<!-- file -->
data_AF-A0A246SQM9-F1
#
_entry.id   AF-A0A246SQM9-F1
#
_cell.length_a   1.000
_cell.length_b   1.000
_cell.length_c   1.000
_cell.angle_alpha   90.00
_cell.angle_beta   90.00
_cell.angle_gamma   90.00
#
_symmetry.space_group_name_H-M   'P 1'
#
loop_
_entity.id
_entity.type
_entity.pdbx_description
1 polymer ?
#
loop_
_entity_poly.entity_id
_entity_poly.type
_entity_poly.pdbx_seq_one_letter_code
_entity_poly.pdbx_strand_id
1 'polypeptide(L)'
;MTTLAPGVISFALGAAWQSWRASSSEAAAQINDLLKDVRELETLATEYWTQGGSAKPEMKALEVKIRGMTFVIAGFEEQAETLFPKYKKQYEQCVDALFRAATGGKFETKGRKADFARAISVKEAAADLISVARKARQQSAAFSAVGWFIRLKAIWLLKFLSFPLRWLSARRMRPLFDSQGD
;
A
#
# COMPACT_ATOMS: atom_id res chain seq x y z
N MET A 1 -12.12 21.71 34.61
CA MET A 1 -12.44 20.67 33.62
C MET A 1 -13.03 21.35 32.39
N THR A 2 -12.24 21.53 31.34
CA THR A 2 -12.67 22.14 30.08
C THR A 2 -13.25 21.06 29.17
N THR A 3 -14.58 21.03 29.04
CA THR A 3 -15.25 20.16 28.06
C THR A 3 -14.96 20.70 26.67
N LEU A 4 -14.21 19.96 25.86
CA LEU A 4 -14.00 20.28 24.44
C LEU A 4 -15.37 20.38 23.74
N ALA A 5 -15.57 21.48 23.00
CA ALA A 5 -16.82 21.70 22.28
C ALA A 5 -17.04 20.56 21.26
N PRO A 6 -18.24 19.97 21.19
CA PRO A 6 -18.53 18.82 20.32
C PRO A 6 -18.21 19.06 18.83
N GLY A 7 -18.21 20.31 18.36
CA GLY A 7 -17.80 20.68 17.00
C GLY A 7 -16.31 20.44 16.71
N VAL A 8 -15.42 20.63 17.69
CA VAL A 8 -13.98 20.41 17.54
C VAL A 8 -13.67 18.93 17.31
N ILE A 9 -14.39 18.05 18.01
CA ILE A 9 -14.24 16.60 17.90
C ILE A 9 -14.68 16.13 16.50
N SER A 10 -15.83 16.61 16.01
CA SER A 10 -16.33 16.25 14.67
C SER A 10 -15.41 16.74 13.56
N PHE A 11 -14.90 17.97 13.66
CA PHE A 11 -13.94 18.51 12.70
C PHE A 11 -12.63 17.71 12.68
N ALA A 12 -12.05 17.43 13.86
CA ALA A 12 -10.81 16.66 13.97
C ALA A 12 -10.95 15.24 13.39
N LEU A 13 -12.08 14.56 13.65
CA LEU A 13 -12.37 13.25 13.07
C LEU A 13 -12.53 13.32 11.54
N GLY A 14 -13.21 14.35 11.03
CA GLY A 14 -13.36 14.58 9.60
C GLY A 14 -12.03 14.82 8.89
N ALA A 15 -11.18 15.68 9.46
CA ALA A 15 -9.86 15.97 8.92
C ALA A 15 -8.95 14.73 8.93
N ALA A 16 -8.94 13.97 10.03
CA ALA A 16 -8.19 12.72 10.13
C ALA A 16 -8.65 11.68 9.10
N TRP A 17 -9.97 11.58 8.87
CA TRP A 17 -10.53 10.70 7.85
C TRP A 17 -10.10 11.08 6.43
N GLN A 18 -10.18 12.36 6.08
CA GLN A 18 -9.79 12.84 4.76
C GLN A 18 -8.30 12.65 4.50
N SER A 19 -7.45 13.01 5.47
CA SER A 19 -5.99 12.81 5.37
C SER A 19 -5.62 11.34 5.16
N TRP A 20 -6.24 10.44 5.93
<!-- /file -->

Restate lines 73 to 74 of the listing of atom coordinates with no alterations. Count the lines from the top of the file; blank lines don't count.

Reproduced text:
N ALA A 15 -11.18 15.68 9.46
CA ALA A 15 -9.86 15.97 8.92